California Personal Injury Damages: Medical Expenses – Entitled to Paid or Charged Amount?
After a car accident that’s not your fault, you incur medical bills and are now trying to settle your claim. When you look at your medical bills, you see that the hospital charged you $10,000, but luckily you had health insurance so the hospital bill was adjusted and the insurer only had to pay $6,000 after you paid your co-pay of $100.
What monetary compensation are you entitled to as it applies to the hospital services that you received?
Generally speaking, the present state of the law in California is that a plaintiff is entitled to past medical expenses based on:
- What your health insurer paid;
- What you paid; AND
- What remains outstanding.
The case on point is Howell v. Hamilton Meats (2011) 52 Cal.4th 541. The Howell Court stated the following in its decision:
“We hold, therefore, that an injured plaintiff whose medical expenses are paid through private insurance may recover as economic damages no more than the amounts paid by the plaintiff or his or her insurer for the medical services received or still owing at the time of trial.” Id. 566.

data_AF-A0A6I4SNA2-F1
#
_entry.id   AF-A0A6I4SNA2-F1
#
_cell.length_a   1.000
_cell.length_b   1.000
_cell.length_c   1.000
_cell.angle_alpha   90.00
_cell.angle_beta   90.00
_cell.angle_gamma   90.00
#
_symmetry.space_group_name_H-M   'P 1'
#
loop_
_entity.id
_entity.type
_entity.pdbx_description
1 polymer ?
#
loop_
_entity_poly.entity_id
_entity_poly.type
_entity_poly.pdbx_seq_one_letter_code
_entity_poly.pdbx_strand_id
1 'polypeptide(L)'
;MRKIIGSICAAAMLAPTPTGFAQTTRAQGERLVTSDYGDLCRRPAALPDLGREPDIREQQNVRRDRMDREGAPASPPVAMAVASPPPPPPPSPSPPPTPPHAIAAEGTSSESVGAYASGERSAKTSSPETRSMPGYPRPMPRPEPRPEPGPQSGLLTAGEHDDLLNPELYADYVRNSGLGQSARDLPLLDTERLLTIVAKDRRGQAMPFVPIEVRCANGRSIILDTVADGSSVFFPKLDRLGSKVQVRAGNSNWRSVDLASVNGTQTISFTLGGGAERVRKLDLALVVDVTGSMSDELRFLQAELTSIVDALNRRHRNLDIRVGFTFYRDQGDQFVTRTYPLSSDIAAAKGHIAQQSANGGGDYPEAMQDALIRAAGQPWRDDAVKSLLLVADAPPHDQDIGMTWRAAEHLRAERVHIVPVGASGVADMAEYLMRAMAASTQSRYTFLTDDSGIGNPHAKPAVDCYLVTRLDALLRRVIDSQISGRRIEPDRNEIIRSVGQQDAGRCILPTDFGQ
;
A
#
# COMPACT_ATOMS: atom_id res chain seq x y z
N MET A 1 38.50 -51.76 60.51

What Does That Mean?
In the above hypothetical scenario, that means that you would be entitled to compensation for the $6,000 paid by your health insurance company and the $100 co-pay that you paid out-of-pocket. Thus, $6,100 in total.
What If There Isn’t Health Insurance?
If there was no health insurance to pay for the hospital bill in the above hypothetical scenario, then you could be entitled up to $10,000 for the full hospital bill.
Important Note: Applicable Only to Past Medical Expenses
The application of the above rule from the Howell v. Hamilton Meats case is applicable only to past medical expenses. The Court specifically stated that their decision does not encompass future medical expenses or general damages:
“We express no opinion as to its [full billed amount] relevance or admissibility on other issues, such as noneconomic damages or future medical expenses.”Id. at 567
In other words, the admissibility of evidence regarding the full amount charged/billed for medical services may still be admissible as to future medical expenses and noneconomic/general damages.